A chest x-ray, for example, delivers 0. And that's not counting the very common follow-up CT scans. In a study from Brigham and Women's Hospital in Boston, researchers estimated the potential risk of cancer from CT scans in 31, patients over 22 years.

For the group as a whole, the increase in risk was slight — 0. But for patients who had multiple CT scans, the increase in risk was higher, ranging from 2. Unless you were exposed to high doses of radiation during cancer treatment in youth, any increase in your risk for cancer due to medical radiation appears to be slight. But we don't really know for sure, since the effects of radiation damage typically take many years to appear, and the increase in high-dose imaging has occurred only since So until we know more, you will want to keep your exposure to medical radiation as low as possible.

You can do that in several ways, including these:. Discuss any high-dose diagnostic imaging with your clinician. If you need a CT or nuclear scan to treat or diagnose a medical condition, the benefits usually outweigh the risks. Still, if your clinician has ordered a CT, it's reasonable to ask what difference the result will make in how your condition is managed; for example, will it save you an invasive procedure?

Keep track of your x-ray history. It won't be completely accurate because different machines deliver different amounts of radiation, and because the dose you absorb depends on your size, your weight, and the part of the body targeted by the x-ray.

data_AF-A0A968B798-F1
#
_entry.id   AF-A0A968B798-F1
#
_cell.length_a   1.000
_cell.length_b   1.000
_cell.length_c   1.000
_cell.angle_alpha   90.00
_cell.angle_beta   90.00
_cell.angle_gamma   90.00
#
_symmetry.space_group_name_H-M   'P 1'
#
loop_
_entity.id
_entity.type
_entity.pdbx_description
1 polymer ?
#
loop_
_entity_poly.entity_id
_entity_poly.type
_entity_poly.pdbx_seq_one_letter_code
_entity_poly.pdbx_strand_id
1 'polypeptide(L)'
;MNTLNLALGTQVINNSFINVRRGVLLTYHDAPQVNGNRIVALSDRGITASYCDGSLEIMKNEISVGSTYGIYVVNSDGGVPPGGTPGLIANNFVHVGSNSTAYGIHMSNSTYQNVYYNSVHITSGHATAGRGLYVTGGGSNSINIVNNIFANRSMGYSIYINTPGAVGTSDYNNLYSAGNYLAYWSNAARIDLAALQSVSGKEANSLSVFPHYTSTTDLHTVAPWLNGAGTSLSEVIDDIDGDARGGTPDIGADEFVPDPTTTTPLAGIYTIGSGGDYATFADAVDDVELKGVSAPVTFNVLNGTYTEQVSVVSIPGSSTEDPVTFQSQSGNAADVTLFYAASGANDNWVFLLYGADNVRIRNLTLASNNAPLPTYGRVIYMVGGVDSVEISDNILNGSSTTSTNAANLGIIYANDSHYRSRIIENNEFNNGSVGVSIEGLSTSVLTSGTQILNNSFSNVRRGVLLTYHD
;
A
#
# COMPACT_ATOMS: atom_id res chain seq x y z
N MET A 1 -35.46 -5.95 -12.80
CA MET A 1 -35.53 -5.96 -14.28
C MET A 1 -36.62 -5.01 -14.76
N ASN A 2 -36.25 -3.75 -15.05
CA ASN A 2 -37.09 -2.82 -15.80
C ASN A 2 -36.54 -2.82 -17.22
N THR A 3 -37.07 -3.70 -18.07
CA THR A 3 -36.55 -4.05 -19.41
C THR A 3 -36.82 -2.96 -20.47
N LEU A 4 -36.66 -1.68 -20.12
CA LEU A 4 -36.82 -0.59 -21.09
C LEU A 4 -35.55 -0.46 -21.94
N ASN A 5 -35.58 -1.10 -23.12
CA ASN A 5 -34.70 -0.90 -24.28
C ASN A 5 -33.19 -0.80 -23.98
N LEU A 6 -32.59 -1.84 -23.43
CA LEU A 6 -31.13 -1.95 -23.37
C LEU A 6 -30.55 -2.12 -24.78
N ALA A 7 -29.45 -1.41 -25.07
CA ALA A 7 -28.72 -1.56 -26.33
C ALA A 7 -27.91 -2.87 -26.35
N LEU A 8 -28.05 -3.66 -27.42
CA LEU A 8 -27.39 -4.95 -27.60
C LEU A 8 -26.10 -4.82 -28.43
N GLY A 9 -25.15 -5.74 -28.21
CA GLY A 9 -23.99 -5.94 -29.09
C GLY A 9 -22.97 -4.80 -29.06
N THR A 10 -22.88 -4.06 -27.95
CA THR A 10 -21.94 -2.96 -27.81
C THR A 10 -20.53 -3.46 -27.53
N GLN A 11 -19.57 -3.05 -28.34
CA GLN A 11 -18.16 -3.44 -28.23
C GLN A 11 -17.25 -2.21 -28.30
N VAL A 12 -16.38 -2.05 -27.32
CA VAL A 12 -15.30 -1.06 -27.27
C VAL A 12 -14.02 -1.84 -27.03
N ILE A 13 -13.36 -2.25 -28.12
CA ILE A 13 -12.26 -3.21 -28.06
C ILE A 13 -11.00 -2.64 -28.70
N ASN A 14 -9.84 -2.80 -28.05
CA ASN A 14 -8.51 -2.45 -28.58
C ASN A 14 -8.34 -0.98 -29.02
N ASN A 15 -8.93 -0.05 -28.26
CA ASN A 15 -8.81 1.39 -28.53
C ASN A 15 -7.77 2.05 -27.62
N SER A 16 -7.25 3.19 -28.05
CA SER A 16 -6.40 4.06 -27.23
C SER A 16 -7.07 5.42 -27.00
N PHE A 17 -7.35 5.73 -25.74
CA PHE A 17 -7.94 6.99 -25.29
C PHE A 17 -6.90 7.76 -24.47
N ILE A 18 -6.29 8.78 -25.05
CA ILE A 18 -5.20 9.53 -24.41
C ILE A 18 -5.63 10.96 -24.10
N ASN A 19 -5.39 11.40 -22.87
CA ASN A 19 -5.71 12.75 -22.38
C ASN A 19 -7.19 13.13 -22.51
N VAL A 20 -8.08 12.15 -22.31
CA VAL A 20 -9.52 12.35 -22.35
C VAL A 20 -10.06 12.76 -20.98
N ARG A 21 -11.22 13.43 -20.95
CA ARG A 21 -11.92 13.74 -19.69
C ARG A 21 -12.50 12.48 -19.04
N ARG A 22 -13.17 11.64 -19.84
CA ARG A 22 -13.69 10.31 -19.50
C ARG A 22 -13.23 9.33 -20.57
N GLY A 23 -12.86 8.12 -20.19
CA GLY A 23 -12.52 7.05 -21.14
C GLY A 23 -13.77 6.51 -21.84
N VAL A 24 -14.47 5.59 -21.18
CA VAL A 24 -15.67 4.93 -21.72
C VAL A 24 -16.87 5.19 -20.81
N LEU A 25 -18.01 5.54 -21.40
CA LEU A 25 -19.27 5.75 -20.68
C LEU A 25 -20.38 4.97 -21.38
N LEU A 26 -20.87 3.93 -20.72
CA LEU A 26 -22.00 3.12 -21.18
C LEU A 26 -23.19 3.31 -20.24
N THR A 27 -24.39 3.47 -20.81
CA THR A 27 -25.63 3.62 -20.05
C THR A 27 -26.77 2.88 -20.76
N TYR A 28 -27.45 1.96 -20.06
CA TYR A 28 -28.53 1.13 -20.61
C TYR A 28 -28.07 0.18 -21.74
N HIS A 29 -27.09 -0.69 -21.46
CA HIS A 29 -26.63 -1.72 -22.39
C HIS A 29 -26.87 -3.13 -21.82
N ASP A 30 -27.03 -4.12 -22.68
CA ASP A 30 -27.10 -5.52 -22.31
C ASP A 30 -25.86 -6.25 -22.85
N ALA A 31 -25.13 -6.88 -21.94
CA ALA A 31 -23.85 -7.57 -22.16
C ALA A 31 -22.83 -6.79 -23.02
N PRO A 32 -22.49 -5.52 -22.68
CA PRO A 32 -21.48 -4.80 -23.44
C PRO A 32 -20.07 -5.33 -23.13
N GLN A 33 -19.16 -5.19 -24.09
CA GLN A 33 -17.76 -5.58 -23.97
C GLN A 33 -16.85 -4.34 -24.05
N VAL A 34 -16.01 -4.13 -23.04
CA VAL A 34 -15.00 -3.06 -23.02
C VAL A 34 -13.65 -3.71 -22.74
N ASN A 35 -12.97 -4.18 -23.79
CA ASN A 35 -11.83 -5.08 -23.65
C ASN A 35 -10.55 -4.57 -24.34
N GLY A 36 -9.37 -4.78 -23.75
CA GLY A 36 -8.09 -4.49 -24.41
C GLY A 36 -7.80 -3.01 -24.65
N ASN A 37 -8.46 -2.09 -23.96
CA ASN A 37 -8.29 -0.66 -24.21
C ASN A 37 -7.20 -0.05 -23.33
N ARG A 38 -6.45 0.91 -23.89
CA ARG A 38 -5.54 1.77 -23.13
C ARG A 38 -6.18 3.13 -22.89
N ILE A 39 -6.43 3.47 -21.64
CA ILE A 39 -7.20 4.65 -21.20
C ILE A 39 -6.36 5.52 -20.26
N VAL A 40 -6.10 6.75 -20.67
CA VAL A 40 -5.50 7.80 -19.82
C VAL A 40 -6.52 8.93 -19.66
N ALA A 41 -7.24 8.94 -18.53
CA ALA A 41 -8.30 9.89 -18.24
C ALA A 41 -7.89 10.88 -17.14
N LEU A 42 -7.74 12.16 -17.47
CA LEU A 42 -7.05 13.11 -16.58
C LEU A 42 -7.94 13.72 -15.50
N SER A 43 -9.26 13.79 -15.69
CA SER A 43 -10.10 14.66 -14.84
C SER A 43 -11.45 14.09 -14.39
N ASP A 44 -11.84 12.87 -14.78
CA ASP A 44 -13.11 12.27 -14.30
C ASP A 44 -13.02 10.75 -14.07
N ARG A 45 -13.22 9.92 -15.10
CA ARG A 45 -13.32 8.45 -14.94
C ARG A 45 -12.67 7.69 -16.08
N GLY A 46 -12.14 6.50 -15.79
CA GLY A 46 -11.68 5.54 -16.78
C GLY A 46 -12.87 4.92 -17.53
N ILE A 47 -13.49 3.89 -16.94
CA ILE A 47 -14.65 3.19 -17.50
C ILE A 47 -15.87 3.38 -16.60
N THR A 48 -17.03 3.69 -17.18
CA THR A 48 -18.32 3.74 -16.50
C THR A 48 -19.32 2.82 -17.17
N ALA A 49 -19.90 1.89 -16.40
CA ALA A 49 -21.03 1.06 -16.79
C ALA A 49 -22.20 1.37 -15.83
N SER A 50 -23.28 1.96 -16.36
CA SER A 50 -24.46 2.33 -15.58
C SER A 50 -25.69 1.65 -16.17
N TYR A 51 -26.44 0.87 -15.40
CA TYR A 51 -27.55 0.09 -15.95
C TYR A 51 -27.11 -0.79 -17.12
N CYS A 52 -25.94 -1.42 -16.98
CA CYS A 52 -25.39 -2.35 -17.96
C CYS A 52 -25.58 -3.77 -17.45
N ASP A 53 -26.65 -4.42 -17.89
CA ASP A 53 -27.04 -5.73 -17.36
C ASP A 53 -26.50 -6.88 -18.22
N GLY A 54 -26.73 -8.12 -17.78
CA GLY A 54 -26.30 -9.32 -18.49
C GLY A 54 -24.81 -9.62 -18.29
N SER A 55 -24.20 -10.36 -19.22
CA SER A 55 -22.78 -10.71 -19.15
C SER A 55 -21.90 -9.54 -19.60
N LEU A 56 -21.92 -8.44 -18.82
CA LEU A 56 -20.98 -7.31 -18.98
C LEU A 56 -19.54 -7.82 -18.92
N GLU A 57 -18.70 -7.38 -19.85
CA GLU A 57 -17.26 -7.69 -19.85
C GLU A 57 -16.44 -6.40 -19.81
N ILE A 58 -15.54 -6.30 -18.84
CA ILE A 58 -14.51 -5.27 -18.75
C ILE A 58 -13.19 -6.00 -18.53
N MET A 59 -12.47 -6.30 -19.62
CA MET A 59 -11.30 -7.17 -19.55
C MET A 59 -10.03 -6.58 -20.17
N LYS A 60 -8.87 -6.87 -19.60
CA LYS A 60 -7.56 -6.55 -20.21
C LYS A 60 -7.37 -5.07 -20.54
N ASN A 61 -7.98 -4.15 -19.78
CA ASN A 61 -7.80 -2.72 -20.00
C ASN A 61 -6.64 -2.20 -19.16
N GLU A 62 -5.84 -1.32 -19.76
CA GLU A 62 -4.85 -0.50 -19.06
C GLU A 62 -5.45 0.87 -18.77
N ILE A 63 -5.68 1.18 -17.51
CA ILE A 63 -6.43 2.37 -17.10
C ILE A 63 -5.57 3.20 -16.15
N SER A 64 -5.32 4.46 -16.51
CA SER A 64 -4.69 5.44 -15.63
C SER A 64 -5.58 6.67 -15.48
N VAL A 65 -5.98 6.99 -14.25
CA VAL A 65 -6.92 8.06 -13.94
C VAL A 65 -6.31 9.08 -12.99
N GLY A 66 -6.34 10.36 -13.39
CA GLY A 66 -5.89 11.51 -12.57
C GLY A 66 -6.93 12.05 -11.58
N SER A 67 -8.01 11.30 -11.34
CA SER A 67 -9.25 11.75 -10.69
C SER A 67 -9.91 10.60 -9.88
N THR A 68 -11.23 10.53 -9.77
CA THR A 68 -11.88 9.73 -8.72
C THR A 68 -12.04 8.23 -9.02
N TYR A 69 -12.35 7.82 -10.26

But you and your clinician will get a ballpark estimate of your exposure. Consider a lower-dose radiation test. If your clinician recommends a CT or nuclear medicine scan, ask if another technique would work, such as a lower-dose x-ray or a test that uses no radiation, such as ultrasound which uses high-frequency sound waves or MRI which relies on magnetic energy.

Consider less-frequent testing. If you're getting regular CT scans for a chronic condition, ask your clinician if it's possible to increase the time between scans. And if you feel the CT scans aren't helping, discuss whether you might take a different approach, such as lower-dose imaging or observation without imaging. Don't seek out scans. Don't ask for a CT scan just because you want to feel assured that you've had a "thorough checkup.

And there's a chance the scan will find something incidental, spurring additional CT scans or x-rays that add to your radiation exposure. Living with cancer? Buy Life After Cancer , a special health report that will walk you through many of the issues you'll face in the upcoming months and years, and guide you through the next stage of your cancer journey.

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Updated: January 29, Published: October, Research We're Watching: Radiation for breast cancer linked to heart problems The cervical cancer vaccine Certain symptoms may be early signs of ovarian cancer By the way, doctor: Should I get the HPV vaccine if I'm already infected? Cancer screening as we age Fibroid embolization and surgery have similar five-year outcomes. E-mail Address. First Name Optional. Measuring radiation If you mention the measurement of radiation, many people will recall the classic Geiger counter with its crescendo of clicks.